Name: Drew Miller
DOB: February 24, 1986
Miller came into spring of 2009 with discomfort in his throwing elbow. As the frustration mounted – putting a dismal 2008 behind him and looking forward to a more positive season, Miller was prescribed rest. After several weeks, it was evident that he was not getting any better – leading to surgery and a lost season.
Selected in the 37th-round in 2005 out of Seminole State Community College, Miller was part of the now deceased draft-and-follow process, signing just prior to the 2006 draft.
He began his career in the Arizona Rookie League in ’06, going 3-0 with a 3.47 ERA across seven appearances before quickly moving up to short-season Eugene. In nine outings, the right-hander went 2-1 with a 3.62 ERA. He allowed 39 hits and walked 20 across 37.1 innings while striking out 23.
The following season, Miller was elevated to full-season ball. With Fort Wayne, the Oklahoma native made 16 starts, going 4-6 with a 4.69 ERA. In 80.2 innings, he allowed 74 hits, walked 24 and struck out 87. His year was cut short by shoulder soreness and an oblique injury.
The right-hander went to the California League this past season, going 10-7 with a 6.10 ERA across 27 games, including 26 starts.
Miller allowed 11.6 hits per nine innings pitched, giving up 172 in 134.1 innings, Combined with the 46 walks, Miller had a 1.62 WHIP – third worst in the California League.
Lefties and righties both hit .313 off him, as he surrendered more hits than innings pitched in 18 of his outings. He ended up with a 4.76 FIP (Fielding Independent Pitching) – the third worst mark in the circuit. The .354 BABIP
(Batting Average on Balls In Play) ranked fifth from the bottom. His 61.7 left on base percentage was the eighth worst.
The then 22-year-old also allowed 1.27 homers per nine innings – tied for the third worst mark in the circuit – after allowing 19 homers, which included a bomb surrendered in seven straight games.
He was eager to put all of that behind him with a strong 2009. Instead, he took the injury news hard and the inevitable and understandable frustration poured forth. He underwent a second procedure in August – this one was an ulnar nerve transposition. He is not expected to touch the mound until extended spring training with an eye on returning in July.
“I have no reason to think he won’t come back better than before,” roving pitching coordinator Mike Couchee said.
His mental toughness has been questioned in the past, and the Padres placed a heavy burden on him coming into 2009 – the time for performance outweighed his potential. Essentially, it is time for Miller to put his considerable tools into action.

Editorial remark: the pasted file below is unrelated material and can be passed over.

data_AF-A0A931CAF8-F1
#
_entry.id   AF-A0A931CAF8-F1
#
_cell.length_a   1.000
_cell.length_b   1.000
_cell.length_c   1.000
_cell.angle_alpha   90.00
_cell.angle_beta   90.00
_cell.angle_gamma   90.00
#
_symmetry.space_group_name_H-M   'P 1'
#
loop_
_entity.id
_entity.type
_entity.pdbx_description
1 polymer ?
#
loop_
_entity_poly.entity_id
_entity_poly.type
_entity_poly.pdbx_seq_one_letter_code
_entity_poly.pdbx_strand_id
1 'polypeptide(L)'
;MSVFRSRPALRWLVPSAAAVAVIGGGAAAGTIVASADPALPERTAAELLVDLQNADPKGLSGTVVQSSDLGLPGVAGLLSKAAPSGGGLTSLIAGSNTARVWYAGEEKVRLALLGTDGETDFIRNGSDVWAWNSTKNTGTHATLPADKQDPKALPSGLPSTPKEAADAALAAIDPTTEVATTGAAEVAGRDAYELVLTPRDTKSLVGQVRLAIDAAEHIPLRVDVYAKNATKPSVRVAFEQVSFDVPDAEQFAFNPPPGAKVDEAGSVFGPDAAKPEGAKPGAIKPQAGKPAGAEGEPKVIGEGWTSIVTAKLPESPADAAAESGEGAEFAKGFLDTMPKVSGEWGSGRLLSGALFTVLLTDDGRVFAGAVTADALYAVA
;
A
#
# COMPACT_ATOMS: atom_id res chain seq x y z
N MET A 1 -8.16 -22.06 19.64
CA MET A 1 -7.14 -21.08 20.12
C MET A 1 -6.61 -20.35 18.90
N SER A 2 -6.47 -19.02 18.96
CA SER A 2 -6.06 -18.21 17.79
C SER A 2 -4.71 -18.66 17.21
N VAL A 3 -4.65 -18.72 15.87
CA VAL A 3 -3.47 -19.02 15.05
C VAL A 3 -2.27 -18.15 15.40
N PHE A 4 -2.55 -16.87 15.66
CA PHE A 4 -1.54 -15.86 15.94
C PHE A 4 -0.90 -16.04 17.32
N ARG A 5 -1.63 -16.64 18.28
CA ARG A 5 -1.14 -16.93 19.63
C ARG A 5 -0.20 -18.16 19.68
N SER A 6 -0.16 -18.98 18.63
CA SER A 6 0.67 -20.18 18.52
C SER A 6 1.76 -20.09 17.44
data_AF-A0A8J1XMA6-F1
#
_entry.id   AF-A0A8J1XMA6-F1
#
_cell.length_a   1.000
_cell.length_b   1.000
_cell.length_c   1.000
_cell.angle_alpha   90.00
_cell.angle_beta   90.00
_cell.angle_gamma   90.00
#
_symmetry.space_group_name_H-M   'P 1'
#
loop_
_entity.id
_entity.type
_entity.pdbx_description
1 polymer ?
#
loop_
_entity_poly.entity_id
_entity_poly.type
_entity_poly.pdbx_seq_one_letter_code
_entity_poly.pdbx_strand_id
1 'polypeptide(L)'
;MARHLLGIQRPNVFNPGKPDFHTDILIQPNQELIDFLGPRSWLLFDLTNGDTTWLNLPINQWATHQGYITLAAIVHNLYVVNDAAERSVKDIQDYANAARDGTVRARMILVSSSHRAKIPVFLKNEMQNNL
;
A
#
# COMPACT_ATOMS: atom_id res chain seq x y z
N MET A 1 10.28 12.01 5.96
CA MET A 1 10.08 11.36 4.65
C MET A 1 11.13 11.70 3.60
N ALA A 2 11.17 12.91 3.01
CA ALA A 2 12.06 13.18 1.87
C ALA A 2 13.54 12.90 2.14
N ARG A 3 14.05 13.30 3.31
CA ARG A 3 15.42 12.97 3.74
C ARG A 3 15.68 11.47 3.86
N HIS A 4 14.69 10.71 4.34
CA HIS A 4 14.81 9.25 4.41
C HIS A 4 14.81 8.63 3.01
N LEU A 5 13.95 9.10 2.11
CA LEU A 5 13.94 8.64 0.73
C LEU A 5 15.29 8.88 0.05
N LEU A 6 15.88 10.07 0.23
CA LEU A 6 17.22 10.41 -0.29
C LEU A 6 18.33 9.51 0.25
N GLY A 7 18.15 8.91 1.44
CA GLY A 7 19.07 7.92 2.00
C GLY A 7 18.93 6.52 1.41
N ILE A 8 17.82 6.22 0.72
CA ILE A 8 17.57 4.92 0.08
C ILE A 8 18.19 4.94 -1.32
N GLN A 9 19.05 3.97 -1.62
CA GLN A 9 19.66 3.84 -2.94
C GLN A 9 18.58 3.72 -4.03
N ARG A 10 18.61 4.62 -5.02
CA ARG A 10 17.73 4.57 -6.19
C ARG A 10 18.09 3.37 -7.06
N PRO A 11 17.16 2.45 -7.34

The right-hander has a plus fastball and above-average curveball but putting the combination together with location has been an issue.
Miller throws a two- and four-seam fastball. The two-seamer sits 90-92 mph with lateral movement. The four-seam sits in the 94-95 mph range and has hit 96 mph. Miller’s four-seam fastball has a natural rise to it when thrown up in the zone – giving him the high strikeout pitch at eye level. The two-seamer can appear flat at times and gets hammered when thrown over the plate – something that has happened way too frequently in the past.
His curveball has shown a tendency to come out a little high at his release point, making it float up in the zone. It has tight rotation and drops like a two-plane curveball but is not consistently down in the zone. Hitters sitting back on the pitch get a chance to pounce on it and hit it out of the park. When he gets extension and delivers it out in front of his body, it is a power curve that has quick dropping action.
The changeup has been a three-year process that has not made many strides. There are times when he shows a good bottom-out of the pitch but oftentimes he is throwing it at 88 mph – way too hard for a changeup to actually see any action. It is a pitch that appeared like a batting practice ball to hitters – many of whom took it deep. When he does have a feel for it, the pitch can be very effective but the inconsistency must be worked out.
One of the problems Miller has faced is an inability to work inside to righties and lefties alike. Hitters are hanging out on the outside corner waiting for a pitch they know is coming. Working inside with effectiveness would cause hitters to have to worry about both sides of the dish. It would also get a batter’s feet moving – a critical component of pitching.
“He’s got the talent,” Lake Elsinore manager Carlos Lezcano said. “He’s another guy that needs to learn how to pitch inside, command the fastball in and up and down in the zone and throw his breaking pitch, his curveball for strikes. Once he wasn’t getting the curveball for strikes, they were looking for higher stuff in kind of the same area, and that’s why he struggled. He’s got an outstanding arm, and he just needs to work on that and get his confidence level a little higher.”
With the focus on his delivery and throwing strikes, Miller largely ignores the runners on base. He does not offer different looks and his glances over to first do little to stop the running game. He and his catchers were success in catching 5-of-34 base runners attempting to steal in 2008.
Conclusion: Even with the injury, Miller has to realize that his time is now. He likely won’t be ready for competitive action until the season is near its end, but his need for positive results is at hand. Time away from the game may help the talented righty, as he can see the successes of others and incorporate the tactics used into his game. Throwing inside is one part of that. Keeping the ball out of the middle of the plate will be the other. With command the last thing to return, it will give him the chance to experiment and not worry about the consequences – this is the time to learn how to pitch to both corners effectively so when the command does return it is simply natural.